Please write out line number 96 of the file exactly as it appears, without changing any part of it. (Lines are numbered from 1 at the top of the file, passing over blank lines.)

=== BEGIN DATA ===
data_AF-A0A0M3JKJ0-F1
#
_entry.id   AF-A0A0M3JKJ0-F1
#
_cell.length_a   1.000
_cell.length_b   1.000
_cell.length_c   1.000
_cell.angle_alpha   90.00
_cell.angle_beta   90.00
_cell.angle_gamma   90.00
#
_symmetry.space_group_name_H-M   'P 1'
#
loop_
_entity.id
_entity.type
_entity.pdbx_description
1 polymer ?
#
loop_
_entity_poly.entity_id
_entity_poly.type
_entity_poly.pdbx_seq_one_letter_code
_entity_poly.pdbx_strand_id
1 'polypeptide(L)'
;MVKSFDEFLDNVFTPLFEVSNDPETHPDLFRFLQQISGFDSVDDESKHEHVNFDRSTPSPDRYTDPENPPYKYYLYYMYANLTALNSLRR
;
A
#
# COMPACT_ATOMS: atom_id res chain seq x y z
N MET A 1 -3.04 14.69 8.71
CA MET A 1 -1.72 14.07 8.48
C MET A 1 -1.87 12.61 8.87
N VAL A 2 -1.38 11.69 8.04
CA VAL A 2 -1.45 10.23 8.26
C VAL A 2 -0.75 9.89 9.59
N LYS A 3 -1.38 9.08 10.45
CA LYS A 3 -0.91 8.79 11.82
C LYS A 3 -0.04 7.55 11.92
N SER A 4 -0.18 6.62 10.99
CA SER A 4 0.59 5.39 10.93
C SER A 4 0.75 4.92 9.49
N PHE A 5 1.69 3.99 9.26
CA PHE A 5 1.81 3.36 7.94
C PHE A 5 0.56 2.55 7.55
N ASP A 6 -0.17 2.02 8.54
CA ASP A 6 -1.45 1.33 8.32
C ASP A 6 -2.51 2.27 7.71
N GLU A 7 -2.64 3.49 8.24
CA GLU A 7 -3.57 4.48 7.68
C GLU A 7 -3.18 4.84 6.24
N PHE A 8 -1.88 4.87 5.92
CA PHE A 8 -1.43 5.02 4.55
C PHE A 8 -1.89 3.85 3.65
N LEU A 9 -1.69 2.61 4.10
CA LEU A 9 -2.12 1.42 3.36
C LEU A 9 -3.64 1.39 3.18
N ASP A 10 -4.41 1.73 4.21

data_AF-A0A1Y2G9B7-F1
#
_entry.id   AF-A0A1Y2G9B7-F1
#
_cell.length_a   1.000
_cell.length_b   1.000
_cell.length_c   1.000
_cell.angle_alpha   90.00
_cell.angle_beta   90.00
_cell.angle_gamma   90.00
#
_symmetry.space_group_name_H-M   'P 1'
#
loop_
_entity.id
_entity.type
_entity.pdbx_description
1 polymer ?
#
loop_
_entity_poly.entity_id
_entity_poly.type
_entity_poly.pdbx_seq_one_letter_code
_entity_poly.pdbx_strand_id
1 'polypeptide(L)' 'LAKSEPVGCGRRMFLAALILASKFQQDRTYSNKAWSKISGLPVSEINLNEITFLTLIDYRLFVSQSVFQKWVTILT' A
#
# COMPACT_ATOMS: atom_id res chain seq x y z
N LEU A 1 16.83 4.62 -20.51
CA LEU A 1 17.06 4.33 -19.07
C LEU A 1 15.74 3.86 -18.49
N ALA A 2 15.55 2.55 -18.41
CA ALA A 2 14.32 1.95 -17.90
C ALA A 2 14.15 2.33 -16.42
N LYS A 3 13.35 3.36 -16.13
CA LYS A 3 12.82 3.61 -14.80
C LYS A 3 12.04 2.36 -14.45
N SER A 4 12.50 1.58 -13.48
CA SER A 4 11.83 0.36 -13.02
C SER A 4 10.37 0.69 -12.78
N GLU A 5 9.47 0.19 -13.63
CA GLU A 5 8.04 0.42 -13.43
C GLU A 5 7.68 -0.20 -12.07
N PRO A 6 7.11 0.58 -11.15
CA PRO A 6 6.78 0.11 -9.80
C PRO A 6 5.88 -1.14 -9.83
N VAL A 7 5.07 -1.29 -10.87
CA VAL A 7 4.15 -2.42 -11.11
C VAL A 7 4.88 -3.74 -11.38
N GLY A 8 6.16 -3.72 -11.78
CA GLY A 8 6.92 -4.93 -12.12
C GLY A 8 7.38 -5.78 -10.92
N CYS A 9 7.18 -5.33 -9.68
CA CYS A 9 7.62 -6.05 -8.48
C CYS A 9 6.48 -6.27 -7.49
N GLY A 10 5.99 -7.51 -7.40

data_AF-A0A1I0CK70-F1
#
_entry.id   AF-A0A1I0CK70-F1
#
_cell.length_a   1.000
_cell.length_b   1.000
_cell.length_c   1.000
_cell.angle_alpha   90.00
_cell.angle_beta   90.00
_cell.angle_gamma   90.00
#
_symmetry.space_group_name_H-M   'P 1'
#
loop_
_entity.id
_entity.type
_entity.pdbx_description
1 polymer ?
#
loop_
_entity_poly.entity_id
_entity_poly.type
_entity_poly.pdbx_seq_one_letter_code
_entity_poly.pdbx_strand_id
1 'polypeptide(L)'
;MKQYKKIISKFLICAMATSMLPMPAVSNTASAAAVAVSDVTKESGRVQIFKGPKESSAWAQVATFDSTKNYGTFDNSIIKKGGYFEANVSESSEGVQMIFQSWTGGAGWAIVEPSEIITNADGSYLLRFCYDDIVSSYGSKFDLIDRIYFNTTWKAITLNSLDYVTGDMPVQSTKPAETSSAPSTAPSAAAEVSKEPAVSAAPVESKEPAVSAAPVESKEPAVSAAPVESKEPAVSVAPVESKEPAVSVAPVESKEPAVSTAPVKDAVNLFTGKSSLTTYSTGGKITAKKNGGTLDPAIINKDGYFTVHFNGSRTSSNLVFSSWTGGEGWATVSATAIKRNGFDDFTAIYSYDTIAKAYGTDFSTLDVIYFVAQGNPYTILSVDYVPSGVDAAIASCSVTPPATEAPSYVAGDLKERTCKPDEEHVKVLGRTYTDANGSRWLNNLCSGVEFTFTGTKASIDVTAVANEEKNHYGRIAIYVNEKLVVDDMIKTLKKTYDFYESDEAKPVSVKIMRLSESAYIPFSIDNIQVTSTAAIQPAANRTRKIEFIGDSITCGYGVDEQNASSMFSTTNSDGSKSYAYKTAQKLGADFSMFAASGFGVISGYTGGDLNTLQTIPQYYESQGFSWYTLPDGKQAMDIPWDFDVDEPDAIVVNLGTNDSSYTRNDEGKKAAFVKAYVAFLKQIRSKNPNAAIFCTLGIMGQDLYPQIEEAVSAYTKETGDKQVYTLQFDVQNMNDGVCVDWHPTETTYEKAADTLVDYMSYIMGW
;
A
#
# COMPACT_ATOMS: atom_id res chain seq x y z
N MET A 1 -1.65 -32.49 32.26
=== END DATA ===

CA SER A 4 11.83 0.36 -13.02